Program:
REBELS
Award:
$3,699,230
Location:
Pasadena,
California
Status:
ALUMNI
Project Term:
10/01/2014 - 06/30/2018

Critical Need:

Centralized power generation systems offer excellent economy of scale but often require long transmission distances between supply and distribution points, leading to efficiency losses throughout the grid. Additionally, it can be challenging to integrate energy from renewable energy sources into centralized systems. Fuel cells—or devices that convert the chemical energy of a fuel source into electrical energy—are optimal for distributed power generation systems, which generate power close to where it is used. Distributed generation systems offer an alternative to the large, centralized power generation facilities or power plants that are currently commonplace. There is also a need for small, modular technologies that convert natural gas to liquid fuels and other products for easier transport. Such processes are currently limited to very large installations with high capital expenses. Today’s fuel cell research generally focuses on technologies that either operate at high temperatures for grid-scale applications or at low temperatures for vehicle technologies. There is a critical need for intermediate-temperature fuel cells that offer low-cost, distributed generation both at the system and device levels.

Project Innovation + Advantages:

SAFCell is developing solid acid fuel cells (SAFCs) that operate at 250 °C and will be nearly free of precious metal catalysts. Current fuel cells either rely on ultra-pure hydrogen as a fuel and operate at low temperatures for vehicles technologies, or run on natural gas, but operate only at high temperatures for grid-scale applications. SAFCell’s fuel cell is utilizing a new solid acid electrolyte material to operate efficiently at intermediate temperatures and on multiple fuels. Additionally, the team will dramatically lower system costs by reducing precious metals, such as platinum, from the electrodes and developing new catalysts based on carbon nanotubes and metal organic frameworks. The proposed SAFC stack design will lead to the creation of low cost fuel cells that can withstand common fuel impurities, making them ideal for distributed generation applications.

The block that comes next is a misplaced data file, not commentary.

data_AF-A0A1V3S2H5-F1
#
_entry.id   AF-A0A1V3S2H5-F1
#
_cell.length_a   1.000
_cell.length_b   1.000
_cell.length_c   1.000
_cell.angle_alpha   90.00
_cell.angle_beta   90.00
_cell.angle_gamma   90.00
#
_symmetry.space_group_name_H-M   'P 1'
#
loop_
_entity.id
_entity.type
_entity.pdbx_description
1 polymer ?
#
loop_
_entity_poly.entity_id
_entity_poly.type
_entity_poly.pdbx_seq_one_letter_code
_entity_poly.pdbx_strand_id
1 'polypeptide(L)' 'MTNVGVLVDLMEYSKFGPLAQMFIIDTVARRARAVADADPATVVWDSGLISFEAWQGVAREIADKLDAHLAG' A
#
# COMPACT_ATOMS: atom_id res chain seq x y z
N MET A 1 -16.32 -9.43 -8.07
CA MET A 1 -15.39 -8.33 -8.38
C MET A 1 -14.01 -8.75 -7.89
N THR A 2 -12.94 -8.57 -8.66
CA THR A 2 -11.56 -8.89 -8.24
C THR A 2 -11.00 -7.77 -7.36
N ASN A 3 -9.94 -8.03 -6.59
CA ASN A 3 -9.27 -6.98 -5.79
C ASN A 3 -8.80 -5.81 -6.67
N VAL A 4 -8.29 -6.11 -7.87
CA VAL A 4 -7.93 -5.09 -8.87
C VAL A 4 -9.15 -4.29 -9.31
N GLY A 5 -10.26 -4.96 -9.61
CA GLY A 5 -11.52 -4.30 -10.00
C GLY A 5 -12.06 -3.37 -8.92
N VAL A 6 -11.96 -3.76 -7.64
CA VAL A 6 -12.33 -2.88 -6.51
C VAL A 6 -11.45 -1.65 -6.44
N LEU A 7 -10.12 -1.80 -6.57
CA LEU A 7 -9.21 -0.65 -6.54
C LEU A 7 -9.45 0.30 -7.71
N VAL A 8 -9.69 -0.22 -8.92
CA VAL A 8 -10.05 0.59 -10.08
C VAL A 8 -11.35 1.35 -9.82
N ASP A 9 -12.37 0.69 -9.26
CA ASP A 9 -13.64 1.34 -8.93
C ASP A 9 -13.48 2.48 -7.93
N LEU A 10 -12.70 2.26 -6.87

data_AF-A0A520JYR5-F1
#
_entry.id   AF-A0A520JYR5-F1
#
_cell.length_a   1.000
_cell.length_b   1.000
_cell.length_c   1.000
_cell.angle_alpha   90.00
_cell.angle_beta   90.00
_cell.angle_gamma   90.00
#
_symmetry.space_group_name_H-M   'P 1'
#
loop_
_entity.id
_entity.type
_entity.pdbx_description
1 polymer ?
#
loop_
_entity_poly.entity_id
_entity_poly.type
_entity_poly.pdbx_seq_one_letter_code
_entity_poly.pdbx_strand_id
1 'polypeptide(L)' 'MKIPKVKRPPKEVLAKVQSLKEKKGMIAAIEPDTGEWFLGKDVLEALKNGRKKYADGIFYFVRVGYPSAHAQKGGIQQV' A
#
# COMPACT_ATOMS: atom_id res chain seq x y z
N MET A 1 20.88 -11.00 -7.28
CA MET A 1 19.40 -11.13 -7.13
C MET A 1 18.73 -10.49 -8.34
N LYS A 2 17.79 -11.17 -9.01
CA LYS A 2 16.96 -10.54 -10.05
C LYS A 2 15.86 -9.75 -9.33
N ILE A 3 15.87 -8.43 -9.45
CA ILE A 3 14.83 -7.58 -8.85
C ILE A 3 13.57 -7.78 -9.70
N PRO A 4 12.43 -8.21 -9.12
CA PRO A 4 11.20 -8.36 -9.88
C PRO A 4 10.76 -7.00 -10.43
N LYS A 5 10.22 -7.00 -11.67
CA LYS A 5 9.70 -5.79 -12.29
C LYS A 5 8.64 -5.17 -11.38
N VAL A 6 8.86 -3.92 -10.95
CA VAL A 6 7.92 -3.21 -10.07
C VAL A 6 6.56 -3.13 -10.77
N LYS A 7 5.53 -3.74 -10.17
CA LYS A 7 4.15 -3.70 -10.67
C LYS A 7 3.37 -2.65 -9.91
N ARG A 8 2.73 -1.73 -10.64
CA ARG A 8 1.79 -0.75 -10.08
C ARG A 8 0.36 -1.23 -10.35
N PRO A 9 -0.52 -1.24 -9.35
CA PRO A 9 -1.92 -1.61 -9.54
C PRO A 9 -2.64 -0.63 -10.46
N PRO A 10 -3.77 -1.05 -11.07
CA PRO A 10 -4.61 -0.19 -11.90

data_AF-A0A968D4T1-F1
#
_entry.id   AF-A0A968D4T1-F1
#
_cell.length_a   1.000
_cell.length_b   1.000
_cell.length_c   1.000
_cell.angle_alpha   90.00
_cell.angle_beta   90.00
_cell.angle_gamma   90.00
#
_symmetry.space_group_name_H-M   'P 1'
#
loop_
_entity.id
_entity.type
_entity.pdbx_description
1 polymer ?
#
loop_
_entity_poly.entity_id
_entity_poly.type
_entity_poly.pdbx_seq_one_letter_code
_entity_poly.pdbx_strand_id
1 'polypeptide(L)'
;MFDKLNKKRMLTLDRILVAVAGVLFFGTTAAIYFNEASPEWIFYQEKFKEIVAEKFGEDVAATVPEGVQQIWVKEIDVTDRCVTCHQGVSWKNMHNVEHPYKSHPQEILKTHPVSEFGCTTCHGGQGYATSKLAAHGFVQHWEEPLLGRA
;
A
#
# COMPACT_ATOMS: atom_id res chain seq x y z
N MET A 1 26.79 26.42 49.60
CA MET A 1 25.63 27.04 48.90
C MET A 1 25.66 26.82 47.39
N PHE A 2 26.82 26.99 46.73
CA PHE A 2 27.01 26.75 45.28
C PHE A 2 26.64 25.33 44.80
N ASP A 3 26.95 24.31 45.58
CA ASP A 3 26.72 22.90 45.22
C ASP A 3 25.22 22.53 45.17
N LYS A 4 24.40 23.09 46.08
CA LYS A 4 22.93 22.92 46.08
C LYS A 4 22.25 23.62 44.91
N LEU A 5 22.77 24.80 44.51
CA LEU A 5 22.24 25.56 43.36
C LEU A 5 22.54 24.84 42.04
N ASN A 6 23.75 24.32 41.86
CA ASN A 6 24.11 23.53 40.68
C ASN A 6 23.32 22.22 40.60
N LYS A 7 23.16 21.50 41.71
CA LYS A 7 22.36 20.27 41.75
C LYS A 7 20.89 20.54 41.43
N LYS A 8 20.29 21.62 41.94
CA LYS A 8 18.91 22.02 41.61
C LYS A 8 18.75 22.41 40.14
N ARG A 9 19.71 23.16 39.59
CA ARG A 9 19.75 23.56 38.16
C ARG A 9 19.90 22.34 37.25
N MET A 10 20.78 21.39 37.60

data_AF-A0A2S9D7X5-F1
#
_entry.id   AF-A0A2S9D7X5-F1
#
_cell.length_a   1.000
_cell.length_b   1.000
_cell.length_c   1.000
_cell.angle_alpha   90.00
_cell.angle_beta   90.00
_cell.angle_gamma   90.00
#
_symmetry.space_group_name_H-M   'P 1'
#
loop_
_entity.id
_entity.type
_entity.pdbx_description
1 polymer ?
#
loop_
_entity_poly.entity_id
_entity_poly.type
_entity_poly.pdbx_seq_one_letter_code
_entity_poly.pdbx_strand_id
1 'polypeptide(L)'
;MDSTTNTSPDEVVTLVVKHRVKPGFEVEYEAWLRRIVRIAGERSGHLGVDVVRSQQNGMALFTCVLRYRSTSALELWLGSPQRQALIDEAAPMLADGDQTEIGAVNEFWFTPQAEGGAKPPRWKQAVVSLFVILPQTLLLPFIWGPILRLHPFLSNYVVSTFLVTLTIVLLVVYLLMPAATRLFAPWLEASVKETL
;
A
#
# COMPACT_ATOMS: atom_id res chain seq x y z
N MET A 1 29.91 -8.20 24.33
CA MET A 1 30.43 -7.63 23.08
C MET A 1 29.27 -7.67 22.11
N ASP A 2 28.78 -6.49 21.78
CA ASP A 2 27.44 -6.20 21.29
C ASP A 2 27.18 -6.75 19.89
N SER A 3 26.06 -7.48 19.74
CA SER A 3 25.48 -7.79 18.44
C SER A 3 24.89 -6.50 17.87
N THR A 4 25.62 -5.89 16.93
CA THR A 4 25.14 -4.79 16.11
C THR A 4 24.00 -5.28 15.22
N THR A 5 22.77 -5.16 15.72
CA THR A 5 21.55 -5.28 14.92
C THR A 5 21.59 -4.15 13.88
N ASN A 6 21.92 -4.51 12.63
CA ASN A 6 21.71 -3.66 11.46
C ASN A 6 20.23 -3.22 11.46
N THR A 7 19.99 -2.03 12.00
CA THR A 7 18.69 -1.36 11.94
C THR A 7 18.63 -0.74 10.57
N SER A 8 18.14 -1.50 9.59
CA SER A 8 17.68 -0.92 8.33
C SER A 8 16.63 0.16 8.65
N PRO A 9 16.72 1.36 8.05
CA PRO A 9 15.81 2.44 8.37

Potential Impact:

If successful, SAFCell ‘s solid acid fuel cells (SAFCs) will be low cost, durable, and powered by natural gas which are ideal for distributed generation applications.

Security:

Enabling more efficient use of natural gas for power generation provides a reliable alternative to other fuel sources—a broader fuel portfolio means more energy security.

Environment:

Natural gas produces roughly half the carbon dioxide emissions of coal, making it an environmentally friendly alternative to existing sources of power generation.

Economy:

Distributed generation technologies would reduce costs associated with power losses compared to centralized power stations and provide lower operating costs due to peak shaving.

Contact

ARPA-E Program Director:
Dr. Grigorii Soloveichik
Project Contact:
Dr. Calum Chisholm
Press and General Inquiries Email:
ARPA-E-Comms@hq.doe.gov
Project Contact Email:
calum.chisholm@safcell.com

Partners

Northeastern University
California Institute of Technology

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Release Date:
06/19/2014